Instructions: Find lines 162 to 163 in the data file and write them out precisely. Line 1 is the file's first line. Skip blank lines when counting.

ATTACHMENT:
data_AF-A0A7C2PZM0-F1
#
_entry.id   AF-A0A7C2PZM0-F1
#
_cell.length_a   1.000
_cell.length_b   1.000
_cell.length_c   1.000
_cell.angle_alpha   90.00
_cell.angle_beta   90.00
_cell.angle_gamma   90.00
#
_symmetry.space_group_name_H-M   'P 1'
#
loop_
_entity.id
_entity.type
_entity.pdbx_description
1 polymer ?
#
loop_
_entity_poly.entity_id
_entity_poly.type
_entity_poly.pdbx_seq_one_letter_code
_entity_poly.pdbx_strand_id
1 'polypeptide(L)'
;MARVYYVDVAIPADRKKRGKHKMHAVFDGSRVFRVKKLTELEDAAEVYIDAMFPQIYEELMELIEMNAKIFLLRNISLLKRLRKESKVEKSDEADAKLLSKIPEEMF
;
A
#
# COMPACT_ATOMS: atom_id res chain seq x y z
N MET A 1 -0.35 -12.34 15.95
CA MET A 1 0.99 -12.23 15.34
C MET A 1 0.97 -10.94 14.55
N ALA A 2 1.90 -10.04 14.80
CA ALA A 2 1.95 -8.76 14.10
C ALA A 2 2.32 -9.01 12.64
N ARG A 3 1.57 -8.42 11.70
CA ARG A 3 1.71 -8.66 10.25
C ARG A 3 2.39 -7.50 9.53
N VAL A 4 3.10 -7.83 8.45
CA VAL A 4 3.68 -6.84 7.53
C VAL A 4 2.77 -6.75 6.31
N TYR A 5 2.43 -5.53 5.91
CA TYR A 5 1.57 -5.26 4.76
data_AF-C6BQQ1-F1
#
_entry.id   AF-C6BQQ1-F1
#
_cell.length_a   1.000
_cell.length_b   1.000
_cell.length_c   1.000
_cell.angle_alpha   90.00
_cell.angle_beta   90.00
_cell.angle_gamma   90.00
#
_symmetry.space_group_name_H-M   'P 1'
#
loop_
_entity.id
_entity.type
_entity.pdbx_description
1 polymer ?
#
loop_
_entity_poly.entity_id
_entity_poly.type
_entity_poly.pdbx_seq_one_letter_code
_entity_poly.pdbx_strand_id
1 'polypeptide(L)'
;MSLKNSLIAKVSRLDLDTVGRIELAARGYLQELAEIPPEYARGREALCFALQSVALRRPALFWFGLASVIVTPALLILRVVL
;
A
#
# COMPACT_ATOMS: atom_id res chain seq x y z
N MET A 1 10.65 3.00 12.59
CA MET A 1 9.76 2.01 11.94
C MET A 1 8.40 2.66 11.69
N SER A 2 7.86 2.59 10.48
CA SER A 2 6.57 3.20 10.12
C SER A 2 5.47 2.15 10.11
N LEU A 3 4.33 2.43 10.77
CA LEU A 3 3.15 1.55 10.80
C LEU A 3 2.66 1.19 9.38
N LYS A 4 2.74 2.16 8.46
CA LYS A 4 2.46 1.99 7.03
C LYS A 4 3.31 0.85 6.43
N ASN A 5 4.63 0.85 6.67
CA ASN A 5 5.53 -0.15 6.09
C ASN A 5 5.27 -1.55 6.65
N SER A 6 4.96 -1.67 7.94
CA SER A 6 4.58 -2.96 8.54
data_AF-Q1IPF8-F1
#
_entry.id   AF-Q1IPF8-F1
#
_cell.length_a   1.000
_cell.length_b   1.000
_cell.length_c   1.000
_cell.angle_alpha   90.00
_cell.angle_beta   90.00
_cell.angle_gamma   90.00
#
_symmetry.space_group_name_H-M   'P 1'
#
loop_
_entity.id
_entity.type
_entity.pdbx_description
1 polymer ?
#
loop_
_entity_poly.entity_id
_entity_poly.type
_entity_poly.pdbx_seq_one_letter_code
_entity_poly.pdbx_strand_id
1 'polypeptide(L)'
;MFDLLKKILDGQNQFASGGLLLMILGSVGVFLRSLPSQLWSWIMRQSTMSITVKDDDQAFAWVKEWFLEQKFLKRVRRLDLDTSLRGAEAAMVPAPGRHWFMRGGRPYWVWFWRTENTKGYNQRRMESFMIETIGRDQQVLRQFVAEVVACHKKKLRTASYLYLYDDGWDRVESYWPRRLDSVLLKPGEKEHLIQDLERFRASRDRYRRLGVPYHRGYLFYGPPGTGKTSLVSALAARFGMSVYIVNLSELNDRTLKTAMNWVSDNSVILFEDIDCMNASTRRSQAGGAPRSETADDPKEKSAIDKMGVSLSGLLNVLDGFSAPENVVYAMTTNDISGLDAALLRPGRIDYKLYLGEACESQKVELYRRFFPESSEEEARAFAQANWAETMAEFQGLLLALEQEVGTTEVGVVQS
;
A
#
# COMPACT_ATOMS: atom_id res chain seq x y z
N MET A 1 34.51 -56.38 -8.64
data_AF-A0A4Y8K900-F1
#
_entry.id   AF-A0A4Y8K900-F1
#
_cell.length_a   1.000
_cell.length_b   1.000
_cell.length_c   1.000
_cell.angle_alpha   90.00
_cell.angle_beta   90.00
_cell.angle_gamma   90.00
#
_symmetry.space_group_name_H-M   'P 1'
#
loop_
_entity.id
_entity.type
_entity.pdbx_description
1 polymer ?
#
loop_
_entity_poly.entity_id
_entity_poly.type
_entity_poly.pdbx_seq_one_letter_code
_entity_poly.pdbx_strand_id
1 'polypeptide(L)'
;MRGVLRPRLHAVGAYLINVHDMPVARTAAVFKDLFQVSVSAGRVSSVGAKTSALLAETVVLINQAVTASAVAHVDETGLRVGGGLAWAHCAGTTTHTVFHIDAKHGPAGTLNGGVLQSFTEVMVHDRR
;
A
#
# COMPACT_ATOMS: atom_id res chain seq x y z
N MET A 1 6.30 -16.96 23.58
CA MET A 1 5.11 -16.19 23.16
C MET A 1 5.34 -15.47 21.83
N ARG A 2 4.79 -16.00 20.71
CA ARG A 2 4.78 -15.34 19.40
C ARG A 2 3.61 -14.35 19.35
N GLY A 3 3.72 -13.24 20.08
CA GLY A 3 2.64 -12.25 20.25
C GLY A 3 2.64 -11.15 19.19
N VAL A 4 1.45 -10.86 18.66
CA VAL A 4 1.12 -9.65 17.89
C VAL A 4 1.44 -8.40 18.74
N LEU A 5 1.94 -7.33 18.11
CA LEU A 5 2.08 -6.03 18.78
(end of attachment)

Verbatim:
N VAL A 4 1.45 -10.86 18.66
CA VAL A 4 1.12 -9.65 17.89